You pay your rent on time every month, keep your savings account padded with at least a few hundred bucks, and don't overdraw your checking account. While these are all responsible money management habits, they haven't actually been helping you build your credit–but that could change soon.
FICO, which is the most widely used credit score, announced that beginning in 2019, it will test a new model that takes consumer's money management skills into consideration alongside credit responsibility.
Consumers can opt to allow the UltraFICO system to generate their new scores based on data from their bank accounts. You will have a say over which accounts can be accessed, which could include your checking, savings, and money market accounts.
If you've been unable to get a conventional mortgage due to so-so credit but have been a diligent saver, this announcement may perk up your ears. Unfortunately, it remains to be seen, though, as to whether the UltraFICO model could help you qualify for a mortgage.
Though the new score is expected to give consumers more control over their credit scores by allowing them to contribute data from their bank accounts, the mortgage industry at large will need to accept this report, says Peter Grabel, managing director of Luxury Mortgage Corp. Until that happens, it's unlikely to impact a home buyer's ability to obtain financing, he says.
"There are many credit scoring models sold by the credit bureaus and consumers cannot select which one is used," Grabel says.
According to FICO, the use of UltraFICO could boost the scores of those who fall in gray areas with scores in the upper 500s to lower 600s or others who are just below a lender's score cut-off. It could also give a lift to those with limited credit history or those who experienced some financial distress and are now working to re-establish their credit.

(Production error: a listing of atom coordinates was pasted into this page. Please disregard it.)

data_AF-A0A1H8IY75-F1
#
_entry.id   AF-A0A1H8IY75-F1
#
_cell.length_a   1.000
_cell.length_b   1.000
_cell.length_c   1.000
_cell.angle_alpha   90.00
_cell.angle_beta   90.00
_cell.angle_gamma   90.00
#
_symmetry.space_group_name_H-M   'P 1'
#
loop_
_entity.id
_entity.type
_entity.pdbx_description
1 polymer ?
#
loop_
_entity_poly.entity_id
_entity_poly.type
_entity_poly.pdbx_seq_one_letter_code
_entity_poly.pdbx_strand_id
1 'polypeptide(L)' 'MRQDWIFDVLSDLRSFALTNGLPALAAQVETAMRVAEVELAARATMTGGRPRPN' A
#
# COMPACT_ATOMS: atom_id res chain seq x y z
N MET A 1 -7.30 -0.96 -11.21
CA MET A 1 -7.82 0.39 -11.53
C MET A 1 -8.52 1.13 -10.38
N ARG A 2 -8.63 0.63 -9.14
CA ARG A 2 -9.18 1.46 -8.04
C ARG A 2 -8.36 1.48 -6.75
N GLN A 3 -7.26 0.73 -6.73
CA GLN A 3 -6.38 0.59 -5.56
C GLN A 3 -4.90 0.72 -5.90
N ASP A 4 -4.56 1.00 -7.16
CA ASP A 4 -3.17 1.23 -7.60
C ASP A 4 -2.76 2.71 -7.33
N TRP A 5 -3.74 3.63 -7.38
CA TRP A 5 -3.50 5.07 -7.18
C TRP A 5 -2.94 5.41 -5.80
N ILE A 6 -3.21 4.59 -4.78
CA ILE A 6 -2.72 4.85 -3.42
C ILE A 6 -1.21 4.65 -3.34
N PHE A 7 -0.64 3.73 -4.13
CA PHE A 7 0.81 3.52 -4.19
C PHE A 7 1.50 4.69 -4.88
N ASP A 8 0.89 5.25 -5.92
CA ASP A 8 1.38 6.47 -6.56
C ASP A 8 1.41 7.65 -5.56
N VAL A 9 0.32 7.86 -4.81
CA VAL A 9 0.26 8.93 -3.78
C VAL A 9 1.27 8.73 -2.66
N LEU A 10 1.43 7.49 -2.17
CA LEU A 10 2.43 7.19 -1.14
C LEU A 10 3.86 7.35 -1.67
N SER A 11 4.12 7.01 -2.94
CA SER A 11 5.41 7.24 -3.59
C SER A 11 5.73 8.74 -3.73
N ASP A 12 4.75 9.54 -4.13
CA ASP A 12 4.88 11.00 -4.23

With the new system, Experian–one of three main credit bureaus–will gather your bank account data using Finicity, a financial technology firm.
Here's a few factors from your bank account that could help boost your score:
- Keeping an average of at least $400 in savings
- Not having any negative balances in the last three months
- Regularly using your accounts to pay bills, such as rent and utilities
- Establishing account history by keeping your bank accounts open and active
This new system, if adopted, could help more consumers become homeowners, explains Robert E. Tait, a senior loan officer with Allied Mortgage Group. If a borrower's FICO score doesn't fall within the lender's underwriting guidelines, the lender could offer to have the FICO score re-calculated using the borrower's banking activity.
"The important question that needs to be asked is 'Why the change?' The why, I suspect is because lenders are looking for more qualified borrowers and they need help getting them," Tait says. (An August 2018 study might validate his line of thinking, finding that 20 percent of all conventional conforming mortgage loans are now going towards traditionally 'risky' borrowers since there aren't as many low-risk applicants available as banks would like.)
The way Tait sees it, though, the UltraFICO could potentially allow more borrowers to borrow money less expensively, which is a win for consumers.
A potential concern that Tait points out, though, is the security of system–especially on the heels of the 2017 Equifax breach that compromised the personal information of 143 million consumers.
The next step for FICO: Figuring out if people will actually be willing to share their banking information for a potentially higher score (and if lenders and banks outside the launch partners will accept this score). That's part of the reason the UltraFICO score is launching in early 2019 on a pilot basis.